Friday, January 25, 2013

An Uncommon Life

June 2010
She was ready.

I thought I was too.

But when that call comes, I'm not sure if any of us are ever truly ready.

The image that stung my heart was imagining my dad walking out of her room and away from her body for the final time. That body that had given him life. That body that had nourished him with milk and kissed his bloody knees. That hand that held his as they walked to his first day of school. Those arms that brought comfort and relief to his frightened heart in the middle of the night. Those knees that knelt in countless hours of prayer for him. How do you say goodbye to that body?

Today we celebrated her life. A life well-lived. We remembered that she took homemade baked goods to all of her neighbors so that she could build relationships with them. We remembered the way she never saw an ambulance without voicing a prayer for God's mercy. We remembered how she NEVER threw away food. Ever. She would save two uneaten bites in her deep freezer fully convinced that she would take it out to eat later. (Her deep freezer is quite full of food!)

We remembered the time she saw her neighbor, who she had been trying to build a relationship with, go out in their back yard. She got so excited about the prospect of talking with them that she grabbed an empty watering can and pretended to be watering flowers just to have the chance to say hello.

She loved people. I mean, truly cared about them. About their lives and their families and their struggles. And she wanted nothing more than for them to experience the great joy and peace that was hers because of her relationship with Jesus.

As I was talking with Andy about her death, I said through teary eyes, "Who's gonna pray for us like that?" I counted on her prayers and I never doubted if they were coming. The older she got, the less she could do physically. But she never lost her ability to pray...and she did it constantly.

She also never lost the gratitude that shaped every word that came from her mouth. It was almost unreal. The kind of perspective on life that makes you wonder if it's fake. Surely she can't really receive all of life with that kind of praise, can she? Surely bitter words will slip out in the pain of her final days, when her mind isn't as sharp to filter them.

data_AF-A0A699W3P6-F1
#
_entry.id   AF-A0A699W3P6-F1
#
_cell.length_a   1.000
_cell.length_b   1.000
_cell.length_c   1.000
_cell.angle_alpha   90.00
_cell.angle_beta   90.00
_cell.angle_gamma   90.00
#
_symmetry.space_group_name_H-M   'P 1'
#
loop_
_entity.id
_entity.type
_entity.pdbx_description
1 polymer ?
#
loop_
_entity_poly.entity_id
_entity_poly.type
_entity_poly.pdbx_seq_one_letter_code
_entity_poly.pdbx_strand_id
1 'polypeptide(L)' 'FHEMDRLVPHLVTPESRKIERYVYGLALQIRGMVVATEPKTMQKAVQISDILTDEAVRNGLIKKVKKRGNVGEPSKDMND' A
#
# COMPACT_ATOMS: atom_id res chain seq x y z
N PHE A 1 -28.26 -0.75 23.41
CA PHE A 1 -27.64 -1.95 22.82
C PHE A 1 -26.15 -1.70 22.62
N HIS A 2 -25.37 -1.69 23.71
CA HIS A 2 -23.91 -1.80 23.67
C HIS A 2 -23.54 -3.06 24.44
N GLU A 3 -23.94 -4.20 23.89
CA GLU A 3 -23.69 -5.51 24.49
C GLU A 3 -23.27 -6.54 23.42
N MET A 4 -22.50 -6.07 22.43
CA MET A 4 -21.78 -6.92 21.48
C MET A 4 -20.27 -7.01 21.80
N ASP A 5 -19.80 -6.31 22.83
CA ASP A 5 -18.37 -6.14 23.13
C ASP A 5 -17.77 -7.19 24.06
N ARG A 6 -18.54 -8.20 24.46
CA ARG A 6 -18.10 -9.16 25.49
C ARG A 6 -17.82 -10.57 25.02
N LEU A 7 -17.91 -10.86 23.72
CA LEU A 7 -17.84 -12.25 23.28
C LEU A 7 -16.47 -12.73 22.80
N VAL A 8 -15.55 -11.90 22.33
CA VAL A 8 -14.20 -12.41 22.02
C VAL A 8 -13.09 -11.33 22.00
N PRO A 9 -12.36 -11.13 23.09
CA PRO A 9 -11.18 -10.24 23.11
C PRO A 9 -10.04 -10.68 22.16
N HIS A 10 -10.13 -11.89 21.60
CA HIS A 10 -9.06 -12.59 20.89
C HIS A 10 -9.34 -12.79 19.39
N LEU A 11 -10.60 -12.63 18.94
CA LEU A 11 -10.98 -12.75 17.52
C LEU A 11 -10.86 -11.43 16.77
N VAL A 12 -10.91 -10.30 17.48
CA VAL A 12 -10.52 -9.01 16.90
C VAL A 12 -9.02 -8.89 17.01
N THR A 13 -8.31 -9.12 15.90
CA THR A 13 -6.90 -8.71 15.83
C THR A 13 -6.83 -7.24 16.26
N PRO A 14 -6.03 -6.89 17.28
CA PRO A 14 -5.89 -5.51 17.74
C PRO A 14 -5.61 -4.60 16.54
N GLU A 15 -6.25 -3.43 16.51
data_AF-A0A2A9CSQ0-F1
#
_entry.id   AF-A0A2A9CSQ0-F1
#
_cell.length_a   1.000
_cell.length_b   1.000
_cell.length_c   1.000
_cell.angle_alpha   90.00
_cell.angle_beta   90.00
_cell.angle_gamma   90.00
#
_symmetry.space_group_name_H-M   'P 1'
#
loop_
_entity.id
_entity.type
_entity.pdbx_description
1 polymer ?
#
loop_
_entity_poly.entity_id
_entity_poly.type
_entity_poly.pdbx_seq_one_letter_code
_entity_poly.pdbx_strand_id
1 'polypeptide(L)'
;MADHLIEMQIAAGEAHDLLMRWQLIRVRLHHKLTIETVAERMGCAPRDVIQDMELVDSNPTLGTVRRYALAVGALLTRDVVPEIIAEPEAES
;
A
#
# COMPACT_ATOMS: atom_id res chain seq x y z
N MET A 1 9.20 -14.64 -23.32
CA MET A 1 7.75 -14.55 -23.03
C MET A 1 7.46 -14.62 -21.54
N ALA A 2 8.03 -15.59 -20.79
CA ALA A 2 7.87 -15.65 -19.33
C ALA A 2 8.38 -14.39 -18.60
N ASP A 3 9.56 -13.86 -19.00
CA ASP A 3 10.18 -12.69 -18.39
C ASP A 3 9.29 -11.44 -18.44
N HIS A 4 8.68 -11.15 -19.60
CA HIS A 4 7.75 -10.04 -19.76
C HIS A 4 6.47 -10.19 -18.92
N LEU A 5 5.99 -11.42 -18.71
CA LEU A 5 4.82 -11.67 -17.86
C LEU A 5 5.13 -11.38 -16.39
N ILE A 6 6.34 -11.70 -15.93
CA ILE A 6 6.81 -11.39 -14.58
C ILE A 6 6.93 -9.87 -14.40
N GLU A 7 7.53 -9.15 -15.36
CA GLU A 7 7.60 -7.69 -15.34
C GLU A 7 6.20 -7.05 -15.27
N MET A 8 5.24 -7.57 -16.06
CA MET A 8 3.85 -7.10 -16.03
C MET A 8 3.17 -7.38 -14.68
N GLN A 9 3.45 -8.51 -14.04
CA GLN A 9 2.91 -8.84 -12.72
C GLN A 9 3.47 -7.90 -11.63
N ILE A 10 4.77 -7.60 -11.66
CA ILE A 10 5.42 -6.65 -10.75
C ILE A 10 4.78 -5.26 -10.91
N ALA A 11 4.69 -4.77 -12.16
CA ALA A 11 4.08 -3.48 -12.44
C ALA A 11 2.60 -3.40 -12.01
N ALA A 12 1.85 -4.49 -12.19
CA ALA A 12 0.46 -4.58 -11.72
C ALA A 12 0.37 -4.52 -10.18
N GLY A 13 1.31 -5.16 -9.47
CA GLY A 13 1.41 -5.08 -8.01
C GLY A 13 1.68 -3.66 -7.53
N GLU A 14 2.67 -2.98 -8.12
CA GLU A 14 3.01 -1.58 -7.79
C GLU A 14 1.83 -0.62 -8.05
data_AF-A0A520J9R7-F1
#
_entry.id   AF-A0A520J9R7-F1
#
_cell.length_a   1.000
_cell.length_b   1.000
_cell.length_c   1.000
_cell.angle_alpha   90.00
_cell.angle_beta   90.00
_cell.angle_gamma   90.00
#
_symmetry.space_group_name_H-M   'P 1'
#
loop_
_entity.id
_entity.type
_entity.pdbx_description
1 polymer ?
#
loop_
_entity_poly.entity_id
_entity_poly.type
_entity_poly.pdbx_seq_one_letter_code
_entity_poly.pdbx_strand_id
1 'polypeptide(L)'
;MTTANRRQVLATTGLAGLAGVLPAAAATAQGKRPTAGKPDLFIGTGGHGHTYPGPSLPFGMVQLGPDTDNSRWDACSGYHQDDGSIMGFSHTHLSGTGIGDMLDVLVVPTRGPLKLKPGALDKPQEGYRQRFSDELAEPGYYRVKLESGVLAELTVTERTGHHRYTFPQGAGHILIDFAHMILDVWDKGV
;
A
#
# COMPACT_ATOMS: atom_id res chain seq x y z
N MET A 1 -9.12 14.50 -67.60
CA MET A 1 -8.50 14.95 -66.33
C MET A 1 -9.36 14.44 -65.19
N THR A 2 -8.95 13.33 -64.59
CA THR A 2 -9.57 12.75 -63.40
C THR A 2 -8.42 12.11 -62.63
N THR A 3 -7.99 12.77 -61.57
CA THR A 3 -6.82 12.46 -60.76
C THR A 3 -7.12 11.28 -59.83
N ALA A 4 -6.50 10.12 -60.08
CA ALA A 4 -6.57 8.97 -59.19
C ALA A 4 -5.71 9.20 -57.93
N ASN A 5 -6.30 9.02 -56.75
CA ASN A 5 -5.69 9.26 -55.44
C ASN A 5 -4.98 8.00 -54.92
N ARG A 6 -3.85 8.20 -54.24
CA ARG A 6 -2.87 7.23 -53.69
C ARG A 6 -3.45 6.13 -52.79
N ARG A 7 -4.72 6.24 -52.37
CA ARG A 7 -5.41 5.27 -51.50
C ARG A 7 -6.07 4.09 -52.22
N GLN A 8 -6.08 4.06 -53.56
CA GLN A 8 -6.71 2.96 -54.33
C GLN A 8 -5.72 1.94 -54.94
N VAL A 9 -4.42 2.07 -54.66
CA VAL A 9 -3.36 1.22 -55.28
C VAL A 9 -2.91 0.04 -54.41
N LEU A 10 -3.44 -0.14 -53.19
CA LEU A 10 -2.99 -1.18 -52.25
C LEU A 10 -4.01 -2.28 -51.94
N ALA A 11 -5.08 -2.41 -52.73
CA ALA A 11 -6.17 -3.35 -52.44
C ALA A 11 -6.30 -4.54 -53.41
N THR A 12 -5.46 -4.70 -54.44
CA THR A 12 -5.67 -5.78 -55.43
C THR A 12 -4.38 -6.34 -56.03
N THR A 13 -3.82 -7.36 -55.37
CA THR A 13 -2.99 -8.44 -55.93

Nope. Never happened. And the only explanation I can come up with is that she really was that grateful. She wasn't just saying it or forcing herself to be positive. To the core of who she was, she received every moment as a gift.

She was not normal. In the very best way possible, she lived a quiet, humble, extraordinary life. You would be hard-pressed to find another person who is a better example of the Fruit of the Spirit. Her gentle spirit changed lives. I wish you had known her. She would have changed your life too.

A few weeks ago, my dad was visiting with her as she lay in her bed. She interrupted the conversation rather abruptly by sitting up and saying, "Steve, can you imagine what it would be like to go through this without the hope of eternity with Jesus?" Then she laid back down and quietly said, "I have no fear."

She had fought the good fight. She had finished the race. She had kept the faith.

And she knew, beyond a shadow of a doubt, that her Jesus, the One she had adored and served and built her whole life around, was just on the other side with her crown of righteousness in hand.

Precious in the sight of the Lord is the death of his faithful servants. Psalm 116:15

2 comments:

Stephen McMinn said...

What a great tribute to a great woman Stacie...

Anonymous said...

Absolutely beautiful and absolutely true. A true woman of faith and prayer.